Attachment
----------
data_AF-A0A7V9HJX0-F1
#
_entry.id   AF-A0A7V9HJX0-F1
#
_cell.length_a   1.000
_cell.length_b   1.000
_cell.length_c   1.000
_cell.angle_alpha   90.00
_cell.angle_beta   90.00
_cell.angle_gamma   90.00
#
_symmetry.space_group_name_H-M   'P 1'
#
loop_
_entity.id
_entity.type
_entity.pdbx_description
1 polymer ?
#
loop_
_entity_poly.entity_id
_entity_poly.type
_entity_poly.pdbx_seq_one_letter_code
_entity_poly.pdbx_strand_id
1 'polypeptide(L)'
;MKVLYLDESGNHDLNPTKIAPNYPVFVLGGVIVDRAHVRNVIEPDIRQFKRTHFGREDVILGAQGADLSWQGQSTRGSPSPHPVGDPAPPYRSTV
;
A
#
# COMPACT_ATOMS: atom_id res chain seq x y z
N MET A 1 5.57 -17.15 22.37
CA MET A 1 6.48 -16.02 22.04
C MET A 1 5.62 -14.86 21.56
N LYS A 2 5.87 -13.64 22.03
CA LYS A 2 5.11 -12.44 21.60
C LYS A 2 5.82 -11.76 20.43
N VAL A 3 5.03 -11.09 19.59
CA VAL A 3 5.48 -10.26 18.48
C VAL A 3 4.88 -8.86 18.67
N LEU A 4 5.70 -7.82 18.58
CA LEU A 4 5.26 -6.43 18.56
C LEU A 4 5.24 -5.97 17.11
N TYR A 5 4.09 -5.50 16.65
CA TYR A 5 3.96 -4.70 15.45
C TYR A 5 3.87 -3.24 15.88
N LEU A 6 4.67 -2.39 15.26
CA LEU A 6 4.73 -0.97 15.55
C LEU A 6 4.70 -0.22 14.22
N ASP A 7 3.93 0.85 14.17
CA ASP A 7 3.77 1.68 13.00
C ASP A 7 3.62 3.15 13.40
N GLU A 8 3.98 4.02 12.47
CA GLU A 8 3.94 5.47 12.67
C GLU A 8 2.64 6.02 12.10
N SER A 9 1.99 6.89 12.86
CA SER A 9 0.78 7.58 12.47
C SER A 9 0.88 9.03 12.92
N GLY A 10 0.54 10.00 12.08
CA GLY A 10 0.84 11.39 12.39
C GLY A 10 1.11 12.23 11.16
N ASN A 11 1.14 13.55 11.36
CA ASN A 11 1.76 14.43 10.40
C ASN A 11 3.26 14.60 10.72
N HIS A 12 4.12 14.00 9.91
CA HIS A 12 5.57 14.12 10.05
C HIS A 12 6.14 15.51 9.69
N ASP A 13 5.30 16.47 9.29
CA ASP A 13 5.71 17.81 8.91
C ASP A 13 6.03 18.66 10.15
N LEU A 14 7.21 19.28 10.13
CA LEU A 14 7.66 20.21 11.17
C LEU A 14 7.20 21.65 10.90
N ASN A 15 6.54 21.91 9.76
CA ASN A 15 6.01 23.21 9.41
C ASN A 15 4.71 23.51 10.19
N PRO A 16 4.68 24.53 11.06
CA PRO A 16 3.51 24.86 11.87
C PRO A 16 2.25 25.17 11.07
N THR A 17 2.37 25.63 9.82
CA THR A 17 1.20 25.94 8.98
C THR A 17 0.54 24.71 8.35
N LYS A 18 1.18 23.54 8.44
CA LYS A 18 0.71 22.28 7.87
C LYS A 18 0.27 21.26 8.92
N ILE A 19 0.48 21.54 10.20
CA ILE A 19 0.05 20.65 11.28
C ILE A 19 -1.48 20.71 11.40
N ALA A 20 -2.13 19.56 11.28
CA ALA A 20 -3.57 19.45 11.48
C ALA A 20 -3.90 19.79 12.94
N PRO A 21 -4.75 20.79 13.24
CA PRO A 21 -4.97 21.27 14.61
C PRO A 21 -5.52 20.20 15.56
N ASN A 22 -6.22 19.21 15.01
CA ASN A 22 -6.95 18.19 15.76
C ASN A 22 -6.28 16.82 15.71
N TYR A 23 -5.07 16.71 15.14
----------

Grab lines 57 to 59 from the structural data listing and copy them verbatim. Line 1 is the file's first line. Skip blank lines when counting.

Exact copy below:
C SER A 9 0.88 9.03 12.92
N GLY A 10 0.54 10.00 12.08
CA GLY A 10 0.84 11.39 12.39